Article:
I was drawn to this topic through curiosity from selling our own sheepskins and this post from Reddit touches on it. I originally expected single sheepskin rugs to be mainly used as intended by their name. But more and more often I find that is not the case and one of the main uses is from mothers and their babies.
Some have said that it is just traditional as a baby shower gift in New Zealand and Australia. Which is a popular area for sheepskin use and production. However from the my own perspective it seems something that is not limited to just Australasia. As I have had many American customers purchase them for this very reason.
Despite it’s origin of tradition, various issues arise from my exploration into the use of sheepskins with babies that I hope will provide you insight on.
What is the common use of sheepskins with babies?
Is it safe for babies of all ages?
What are the benefits?
One aspect that is profound is the amount of high quality photographs that are taken with babies on top of the rugs. You only have to google sheepskin baby, and find 100’s of pictures. This would suggest that sheepskins could be used more for aesthetics. Much like parents that love to have framed pictures splashed throughout their home of their offspring at any age. But the sheepskin is something that is not strictly necessary in this case. They could use many other items. But when you look at baby photography in general, the pictures tend to be of the baby with a blanket, head dress, rug, toys and more. From there parents choose to adorn their baby with these typical items and every now and again it turns out to be a sheepskin. It’s likely that the tradition just became popular and spread to other regions. Combine that with the fact that sheepskin is considered to have natural benefits to the health of babies, and humans of all ages for that matter.
Several pieces of research support this including a study presented at the European Respiratory Society (ERS) International Congress from the European Lung Foundation, found babies that slept on animal fur for the first 3 months after being born, were less likely to develop asthma or allergies later on in life. This is due to being exposed to microbes found in natural animal furs. Therefore it seems best to not keep your infants wrapped in cotton wool, but wrapped in sheep wool instead! Ok not literally.
In contrast to this it is generally recommended by the public education campaign; Safe to sleep to not use any kind of blankets, sheepskins or pillows in your babies crib. As they claim it to increase risk of SIDS (Sudden Infant Death Syndrome). In spite of this, there was a New Zealand study group that examined SIDS risk factor among a control group. The study concluded that there was only an increased risk when the infant was prone, or face down. Not when lateral or supine (face up). In addition to this they found a decreased risk of SIDS for infants that shared beds with another. Keep this in mind if you personally choose to allow your child to sleep on a sheepskin at all. It might be best to simply use the sheepskin for play and tummy time. In other words purely supervised use, in order to reap the benefits of the sheepskin and stay safe at the same time.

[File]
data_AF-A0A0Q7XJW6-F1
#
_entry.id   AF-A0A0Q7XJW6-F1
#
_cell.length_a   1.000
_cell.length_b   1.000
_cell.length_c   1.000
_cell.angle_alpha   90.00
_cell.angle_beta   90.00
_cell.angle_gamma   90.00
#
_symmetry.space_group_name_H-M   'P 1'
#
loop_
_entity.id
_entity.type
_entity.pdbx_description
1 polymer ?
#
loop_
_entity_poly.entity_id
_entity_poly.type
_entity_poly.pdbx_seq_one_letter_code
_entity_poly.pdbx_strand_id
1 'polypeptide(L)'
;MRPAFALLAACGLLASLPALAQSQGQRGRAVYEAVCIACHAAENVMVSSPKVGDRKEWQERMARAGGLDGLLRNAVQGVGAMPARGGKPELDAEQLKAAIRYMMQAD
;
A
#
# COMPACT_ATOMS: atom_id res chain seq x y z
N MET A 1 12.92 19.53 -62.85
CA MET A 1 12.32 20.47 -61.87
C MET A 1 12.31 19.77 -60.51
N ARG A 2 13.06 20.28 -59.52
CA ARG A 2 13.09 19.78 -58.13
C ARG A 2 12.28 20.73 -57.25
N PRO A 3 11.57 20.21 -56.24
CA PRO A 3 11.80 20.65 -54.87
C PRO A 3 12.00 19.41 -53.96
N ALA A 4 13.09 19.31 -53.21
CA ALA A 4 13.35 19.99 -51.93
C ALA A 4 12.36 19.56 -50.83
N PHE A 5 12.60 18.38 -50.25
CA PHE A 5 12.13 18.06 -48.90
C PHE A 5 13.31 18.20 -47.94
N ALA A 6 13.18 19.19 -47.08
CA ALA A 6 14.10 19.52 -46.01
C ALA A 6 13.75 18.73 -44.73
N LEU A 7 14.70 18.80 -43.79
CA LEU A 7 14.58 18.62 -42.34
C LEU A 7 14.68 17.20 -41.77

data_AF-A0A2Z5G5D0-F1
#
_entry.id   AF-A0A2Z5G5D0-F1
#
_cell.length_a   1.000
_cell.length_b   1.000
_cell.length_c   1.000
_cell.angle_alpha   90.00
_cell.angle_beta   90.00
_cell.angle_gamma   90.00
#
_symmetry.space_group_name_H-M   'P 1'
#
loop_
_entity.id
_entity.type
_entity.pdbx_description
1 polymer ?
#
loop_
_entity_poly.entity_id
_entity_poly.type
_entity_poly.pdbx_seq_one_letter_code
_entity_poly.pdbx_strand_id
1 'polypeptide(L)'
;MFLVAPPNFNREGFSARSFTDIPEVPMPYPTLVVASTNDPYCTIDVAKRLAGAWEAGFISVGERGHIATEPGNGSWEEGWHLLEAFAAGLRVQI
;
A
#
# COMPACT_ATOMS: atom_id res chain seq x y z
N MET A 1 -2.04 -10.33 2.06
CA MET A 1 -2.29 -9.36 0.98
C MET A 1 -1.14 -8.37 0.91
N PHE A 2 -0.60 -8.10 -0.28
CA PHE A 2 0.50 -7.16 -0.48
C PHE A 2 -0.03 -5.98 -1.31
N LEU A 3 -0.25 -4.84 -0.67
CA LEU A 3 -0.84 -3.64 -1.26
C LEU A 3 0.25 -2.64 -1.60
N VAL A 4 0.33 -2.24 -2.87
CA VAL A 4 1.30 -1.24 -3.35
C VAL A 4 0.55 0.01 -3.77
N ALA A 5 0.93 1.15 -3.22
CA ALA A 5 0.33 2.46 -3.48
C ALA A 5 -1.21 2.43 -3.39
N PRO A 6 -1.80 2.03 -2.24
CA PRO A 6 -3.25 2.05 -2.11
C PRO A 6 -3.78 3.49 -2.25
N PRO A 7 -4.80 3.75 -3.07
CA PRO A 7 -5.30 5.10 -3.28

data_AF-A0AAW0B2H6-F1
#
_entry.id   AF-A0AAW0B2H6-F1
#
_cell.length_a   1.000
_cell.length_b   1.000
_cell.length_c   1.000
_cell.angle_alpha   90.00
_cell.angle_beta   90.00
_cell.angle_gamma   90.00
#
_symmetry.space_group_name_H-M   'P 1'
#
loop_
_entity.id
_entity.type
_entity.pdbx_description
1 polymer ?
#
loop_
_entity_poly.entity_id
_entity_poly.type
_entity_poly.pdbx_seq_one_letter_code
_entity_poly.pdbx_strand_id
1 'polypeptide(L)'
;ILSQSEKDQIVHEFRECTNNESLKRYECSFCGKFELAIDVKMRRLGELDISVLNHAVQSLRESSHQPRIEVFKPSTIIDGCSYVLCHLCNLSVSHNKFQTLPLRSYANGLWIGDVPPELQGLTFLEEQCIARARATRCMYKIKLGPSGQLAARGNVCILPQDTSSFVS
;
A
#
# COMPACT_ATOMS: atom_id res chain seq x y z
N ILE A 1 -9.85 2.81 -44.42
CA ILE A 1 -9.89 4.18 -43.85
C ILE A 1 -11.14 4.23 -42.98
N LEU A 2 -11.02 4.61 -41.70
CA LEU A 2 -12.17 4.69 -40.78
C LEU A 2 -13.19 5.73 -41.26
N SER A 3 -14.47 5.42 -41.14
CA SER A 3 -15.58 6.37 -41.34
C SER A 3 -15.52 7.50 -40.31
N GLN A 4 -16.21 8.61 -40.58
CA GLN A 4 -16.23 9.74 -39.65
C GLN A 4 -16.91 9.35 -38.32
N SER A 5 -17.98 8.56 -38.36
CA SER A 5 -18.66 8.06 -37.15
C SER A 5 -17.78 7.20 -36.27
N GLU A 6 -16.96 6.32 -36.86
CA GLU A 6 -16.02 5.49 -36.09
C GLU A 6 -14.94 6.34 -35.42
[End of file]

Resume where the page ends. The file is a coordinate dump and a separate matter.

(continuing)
The chemicals used in the tanning process are something that should be considered too. Although it is the underside leather which is chiefly affected in the tanning process. The chemicals from certain sheepskins can leave a lasting smell and thus can be inhaled. Chemicals like formaldehyde are potentially harmful to humans. So it is imperative you check with whatever company and/or persons you purchase from. At Luxzura we ensure none of our products use formaldehyde or other chemicals which are known to be harmful in our production. And due to EU Reach Regulations our sheepskins must adhere to certain guidelines.
What type of wool would suit babies if it is for practical use?
Several types of sheepskin like Icelandic, Tibetan and Mongolian, have much longer fibers than their counterparts. We recommend sheepskins with soft, dense and shorter wool. So that excludes the aforementioned types. In this circumstance it is intended to benefit the babies comfort level, not his or her sense of beauty. We have produced a sheepskin specifically for infants you can find here. This wool is dense and comfy. Not only that, the wool is cut shorter which would reduce risk of SIDS. Lambskins are another prudent choice for newborns as it is softer than regular wool. The drawback is that it’s less durable. So consider this with your purchases.
Lastly the benefits. To state the obvious, wool is generally soft and fluffy. Thus more comfortable to sit or lay on as opposed to the floor. Wool fibers wick moisture away from the skin and air and it is a good insulator. This keeps your child warm and dry. Wool is hypo-allergenic and can trap dust, allergens and other air particles. It is less likely then to release them back into the airways of your child. Once trapped they can be removed by gently vacuuming.
In conclusion, choose a sheepskin that has soft, dense and short fibers. Environmentally friendly and decide whether or not to allow your baby to sleep on them. If so never in prone position.
If you’d like to get a sheepskin for your baby then use our code “BABY” for 15% off short or long wool baby sheepskins below!
This article is educational in nature and not intended to diagnose, cure or prevent SIDs, allergies or asthma. None of the information or opinions here are to be interpreted as medical advice.
Let us know your opinions in the comments!